"They're trying to comply, but it's hard," Peters said. "It's really hard."
Many of Pocklington's clients "are trying to go to a more standard approach," she said. In general, that means tailoring companywide rules to the strictest jurisdiction in which they operate.
Retail clients are struggling with occupancy rules, which can vary widely from state to state, she said. In Virginia, where Pocklington practices, Gov. Ralph Northam recently relaxed a 10-person occupancy limit and allowed businesses to operate at half capacity. Other states may have different limits, Pocklington said.
"I've seen some retailers just go with the most conservative approach there and say 'we're only going to allow X amount of people in our store at any time,'" Pocklington said. Similarly, employers that have to conduct temperature checks in a certain jurisdiction may just standardize screenings companywide, she said.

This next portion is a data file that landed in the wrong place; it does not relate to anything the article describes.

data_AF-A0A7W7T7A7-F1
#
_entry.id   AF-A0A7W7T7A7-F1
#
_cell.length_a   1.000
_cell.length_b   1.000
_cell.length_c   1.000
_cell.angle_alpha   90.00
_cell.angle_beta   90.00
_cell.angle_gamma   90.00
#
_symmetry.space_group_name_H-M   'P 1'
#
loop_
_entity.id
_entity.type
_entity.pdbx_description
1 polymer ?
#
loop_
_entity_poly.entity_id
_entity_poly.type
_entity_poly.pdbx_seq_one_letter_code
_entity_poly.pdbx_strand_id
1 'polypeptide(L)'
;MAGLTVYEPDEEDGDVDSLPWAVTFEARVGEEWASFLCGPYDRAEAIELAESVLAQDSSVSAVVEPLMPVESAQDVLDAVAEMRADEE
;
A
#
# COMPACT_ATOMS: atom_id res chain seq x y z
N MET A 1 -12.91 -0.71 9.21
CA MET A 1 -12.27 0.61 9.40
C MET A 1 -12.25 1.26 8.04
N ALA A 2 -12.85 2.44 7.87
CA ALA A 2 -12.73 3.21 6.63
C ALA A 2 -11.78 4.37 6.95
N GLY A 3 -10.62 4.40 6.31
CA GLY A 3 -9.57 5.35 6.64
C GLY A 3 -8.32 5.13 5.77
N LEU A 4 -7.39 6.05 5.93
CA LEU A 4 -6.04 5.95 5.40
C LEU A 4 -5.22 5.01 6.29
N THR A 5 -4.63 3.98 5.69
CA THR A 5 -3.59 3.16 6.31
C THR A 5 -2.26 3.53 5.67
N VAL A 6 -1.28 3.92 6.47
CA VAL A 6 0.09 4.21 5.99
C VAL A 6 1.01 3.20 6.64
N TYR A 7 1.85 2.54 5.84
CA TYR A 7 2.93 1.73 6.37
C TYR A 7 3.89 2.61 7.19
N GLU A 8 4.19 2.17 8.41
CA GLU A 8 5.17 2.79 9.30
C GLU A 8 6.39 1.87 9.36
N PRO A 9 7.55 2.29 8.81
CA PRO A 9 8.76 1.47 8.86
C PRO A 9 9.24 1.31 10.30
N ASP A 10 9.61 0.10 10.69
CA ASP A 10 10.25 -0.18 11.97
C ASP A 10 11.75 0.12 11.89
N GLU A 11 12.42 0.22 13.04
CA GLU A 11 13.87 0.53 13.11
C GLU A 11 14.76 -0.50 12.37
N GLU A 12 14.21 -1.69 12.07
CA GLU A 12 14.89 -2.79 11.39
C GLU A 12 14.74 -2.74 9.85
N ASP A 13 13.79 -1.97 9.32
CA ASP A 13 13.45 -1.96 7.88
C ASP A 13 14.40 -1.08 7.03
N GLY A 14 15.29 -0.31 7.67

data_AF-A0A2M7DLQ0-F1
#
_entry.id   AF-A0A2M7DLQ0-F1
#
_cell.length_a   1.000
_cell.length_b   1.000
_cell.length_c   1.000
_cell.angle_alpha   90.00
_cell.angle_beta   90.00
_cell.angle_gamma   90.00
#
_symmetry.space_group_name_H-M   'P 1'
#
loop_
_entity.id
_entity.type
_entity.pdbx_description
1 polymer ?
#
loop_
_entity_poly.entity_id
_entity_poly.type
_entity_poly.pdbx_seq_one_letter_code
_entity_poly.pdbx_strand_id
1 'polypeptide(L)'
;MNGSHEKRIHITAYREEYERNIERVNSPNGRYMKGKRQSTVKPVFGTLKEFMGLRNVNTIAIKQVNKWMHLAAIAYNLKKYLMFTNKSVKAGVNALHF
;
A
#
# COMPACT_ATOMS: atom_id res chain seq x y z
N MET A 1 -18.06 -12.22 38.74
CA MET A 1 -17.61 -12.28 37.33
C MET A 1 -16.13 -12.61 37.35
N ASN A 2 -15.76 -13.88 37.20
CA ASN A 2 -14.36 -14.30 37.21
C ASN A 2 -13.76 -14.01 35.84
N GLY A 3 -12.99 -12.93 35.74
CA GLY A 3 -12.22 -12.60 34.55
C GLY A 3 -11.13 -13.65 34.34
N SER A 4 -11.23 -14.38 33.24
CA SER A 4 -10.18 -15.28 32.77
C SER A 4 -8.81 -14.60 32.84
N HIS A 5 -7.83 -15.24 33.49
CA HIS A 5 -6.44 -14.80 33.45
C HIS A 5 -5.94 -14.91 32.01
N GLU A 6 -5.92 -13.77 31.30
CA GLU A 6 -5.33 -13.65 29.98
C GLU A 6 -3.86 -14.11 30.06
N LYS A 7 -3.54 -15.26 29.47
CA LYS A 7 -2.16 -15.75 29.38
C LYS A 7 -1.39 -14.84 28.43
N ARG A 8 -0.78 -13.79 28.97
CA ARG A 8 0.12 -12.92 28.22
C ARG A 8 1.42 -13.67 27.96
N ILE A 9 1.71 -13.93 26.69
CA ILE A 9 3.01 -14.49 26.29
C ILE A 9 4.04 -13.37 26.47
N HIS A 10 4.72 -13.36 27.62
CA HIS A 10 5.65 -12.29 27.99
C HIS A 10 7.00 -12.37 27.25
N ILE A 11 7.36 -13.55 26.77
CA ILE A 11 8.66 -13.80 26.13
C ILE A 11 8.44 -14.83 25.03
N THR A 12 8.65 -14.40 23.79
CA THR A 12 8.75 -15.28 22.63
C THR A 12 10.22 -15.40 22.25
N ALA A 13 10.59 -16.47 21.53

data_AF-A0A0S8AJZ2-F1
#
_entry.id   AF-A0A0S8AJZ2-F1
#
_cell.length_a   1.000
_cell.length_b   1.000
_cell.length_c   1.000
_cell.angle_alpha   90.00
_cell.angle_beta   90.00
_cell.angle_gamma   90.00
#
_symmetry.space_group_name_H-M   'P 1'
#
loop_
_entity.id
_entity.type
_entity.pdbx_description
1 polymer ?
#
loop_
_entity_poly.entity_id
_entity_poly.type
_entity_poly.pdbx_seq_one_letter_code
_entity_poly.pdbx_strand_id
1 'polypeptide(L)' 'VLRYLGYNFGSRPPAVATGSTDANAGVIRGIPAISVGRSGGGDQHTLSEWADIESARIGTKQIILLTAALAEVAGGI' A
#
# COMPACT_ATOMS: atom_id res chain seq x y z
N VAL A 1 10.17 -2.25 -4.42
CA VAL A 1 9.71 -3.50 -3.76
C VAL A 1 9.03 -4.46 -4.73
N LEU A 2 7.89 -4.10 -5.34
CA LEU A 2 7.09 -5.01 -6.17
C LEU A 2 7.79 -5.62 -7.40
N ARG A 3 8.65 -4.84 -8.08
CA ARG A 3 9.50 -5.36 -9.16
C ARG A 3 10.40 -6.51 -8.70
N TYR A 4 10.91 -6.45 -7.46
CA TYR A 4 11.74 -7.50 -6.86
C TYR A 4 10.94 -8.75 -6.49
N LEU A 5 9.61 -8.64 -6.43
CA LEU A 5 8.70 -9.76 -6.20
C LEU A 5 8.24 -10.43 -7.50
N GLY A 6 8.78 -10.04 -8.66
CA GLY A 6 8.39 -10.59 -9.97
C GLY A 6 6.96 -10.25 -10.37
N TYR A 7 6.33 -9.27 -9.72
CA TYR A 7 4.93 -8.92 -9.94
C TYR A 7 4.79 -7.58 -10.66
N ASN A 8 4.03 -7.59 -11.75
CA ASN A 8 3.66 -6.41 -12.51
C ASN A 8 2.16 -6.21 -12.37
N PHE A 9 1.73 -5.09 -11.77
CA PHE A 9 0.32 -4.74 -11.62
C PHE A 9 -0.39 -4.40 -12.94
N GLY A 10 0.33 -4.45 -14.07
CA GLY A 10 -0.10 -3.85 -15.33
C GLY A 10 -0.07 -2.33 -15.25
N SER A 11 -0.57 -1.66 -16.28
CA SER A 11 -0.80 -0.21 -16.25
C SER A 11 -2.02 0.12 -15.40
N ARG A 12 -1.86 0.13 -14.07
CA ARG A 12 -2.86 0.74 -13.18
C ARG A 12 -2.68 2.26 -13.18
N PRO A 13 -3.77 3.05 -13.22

Brach Eichler LLC employment attorney Anthony Rainone, who practices in New York and New Jersey, said his clients aren't contending with a web of local rules. Still, he said he's recommending they form teams to handle various facets of the reopening process.
One group should make a plan for using money from the federal Paycheck Protection Program, one should devise a workplace safety plan, and another should handle leave requests as they come in, he said.
"You've got to task people to be responsible to make these judgments," he said.
Yet as daunting as it may be to track and follow this web of standards, most clients are taking the challenge in stride, Pocklington said. She described herself as "constantly shocked" by employers' willingness to adapt to a difficult situation.
"People are just gearing up and trying to do everything they can to make sure they're ready and to keep their employees safe and communities safe, and they're coming up with a lot of creative ways to do it," Pocklington said. "But it's a lot."
--Editing by Philip Shea and Haylee Pearl.